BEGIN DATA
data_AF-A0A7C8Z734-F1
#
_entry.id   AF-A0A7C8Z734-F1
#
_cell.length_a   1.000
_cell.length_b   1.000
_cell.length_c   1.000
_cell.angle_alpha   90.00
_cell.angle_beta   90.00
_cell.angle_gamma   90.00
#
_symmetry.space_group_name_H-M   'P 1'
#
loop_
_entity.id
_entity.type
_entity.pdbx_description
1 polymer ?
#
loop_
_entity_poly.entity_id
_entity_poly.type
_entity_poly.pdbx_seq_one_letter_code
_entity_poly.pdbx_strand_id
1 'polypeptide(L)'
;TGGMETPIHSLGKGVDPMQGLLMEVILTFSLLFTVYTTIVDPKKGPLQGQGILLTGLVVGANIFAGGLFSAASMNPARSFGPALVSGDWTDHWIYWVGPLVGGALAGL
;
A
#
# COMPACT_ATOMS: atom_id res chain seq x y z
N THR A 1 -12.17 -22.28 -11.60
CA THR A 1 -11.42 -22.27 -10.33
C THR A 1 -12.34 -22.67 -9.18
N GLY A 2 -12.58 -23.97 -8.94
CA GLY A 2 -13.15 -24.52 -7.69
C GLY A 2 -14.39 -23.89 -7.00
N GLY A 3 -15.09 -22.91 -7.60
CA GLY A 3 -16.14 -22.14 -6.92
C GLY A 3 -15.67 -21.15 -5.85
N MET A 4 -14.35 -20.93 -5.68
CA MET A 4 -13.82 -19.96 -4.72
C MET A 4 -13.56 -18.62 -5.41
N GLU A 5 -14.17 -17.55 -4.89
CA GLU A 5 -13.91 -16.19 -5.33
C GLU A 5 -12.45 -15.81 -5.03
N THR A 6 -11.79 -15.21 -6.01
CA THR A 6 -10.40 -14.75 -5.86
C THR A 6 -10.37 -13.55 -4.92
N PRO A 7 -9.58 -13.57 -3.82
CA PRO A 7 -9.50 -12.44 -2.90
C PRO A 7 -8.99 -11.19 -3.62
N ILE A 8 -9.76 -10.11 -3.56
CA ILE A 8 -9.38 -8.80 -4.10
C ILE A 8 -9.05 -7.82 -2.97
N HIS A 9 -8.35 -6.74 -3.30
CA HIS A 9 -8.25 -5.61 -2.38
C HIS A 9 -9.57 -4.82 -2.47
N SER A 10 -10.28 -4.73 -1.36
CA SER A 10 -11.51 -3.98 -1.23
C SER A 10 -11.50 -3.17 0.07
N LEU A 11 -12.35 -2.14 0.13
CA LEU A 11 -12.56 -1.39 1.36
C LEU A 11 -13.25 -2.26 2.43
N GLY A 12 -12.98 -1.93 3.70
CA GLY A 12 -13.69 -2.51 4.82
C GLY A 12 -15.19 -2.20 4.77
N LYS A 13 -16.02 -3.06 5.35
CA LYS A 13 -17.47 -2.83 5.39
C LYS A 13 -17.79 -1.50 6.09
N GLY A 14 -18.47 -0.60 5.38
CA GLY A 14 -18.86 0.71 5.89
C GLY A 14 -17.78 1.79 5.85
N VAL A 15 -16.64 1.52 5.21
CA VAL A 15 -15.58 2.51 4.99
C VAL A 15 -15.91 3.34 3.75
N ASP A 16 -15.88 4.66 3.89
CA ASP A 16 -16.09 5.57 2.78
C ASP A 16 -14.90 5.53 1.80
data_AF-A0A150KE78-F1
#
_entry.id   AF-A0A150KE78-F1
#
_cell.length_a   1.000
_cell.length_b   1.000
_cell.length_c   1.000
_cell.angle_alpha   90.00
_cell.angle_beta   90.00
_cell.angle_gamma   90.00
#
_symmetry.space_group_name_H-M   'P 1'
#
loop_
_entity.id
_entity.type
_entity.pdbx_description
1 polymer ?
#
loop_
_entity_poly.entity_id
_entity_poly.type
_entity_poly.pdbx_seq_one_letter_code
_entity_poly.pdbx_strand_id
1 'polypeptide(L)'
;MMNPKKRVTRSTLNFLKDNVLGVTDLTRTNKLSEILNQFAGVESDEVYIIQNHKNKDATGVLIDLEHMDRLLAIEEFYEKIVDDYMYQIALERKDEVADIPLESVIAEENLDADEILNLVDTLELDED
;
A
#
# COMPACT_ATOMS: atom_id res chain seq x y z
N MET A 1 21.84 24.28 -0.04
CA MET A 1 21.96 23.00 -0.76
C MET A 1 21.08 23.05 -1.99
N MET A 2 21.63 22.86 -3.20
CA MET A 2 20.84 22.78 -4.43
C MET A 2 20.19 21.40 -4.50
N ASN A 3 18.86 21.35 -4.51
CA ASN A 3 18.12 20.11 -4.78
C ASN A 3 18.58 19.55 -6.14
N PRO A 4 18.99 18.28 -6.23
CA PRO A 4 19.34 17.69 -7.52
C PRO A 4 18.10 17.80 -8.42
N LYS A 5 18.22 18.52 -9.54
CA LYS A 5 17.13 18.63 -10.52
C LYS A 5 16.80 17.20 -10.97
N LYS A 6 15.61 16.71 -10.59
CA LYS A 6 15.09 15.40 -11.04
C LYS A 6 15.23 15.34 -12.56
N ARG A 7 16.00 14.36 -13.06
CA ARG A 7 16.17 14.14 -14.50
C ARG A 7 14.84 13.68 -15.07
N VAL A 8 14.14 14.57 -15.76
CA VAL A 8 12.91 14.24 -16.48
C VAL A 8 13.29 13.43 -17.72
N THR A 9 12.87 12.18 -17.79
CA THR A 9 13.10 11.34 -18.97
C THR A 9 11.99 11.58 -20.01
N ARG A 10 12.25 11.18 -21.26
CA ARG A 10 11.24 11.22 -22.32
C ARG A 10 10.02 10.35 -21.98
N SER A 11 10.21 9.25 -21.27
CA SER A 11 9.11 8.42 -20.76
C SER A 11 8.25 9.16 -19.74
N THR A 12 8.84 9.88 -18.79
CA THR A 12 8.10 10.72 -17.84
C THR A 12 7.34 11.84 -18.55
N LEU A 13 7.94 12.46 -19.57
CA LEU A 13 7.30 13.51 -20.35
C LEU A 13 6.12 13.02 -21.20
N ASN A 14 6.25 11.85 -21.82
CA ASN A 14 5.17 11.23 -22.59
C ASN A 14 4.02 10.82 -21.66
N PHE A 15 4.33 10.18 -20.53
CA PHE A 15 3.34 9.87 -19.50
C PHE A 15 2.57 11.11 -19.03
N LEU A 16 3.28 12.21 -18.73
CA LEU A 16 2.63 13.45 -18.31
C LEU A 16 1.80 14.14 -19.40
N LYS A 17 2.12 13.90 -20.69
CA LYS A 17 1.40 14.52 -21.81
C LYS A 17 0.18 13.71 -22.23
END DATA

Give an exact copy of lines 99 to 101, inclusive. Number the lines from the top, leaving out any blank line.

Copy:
_entity_poly.entity_id
_entity_poly.type
_entity_poly.pdbx_seq_one_letter_code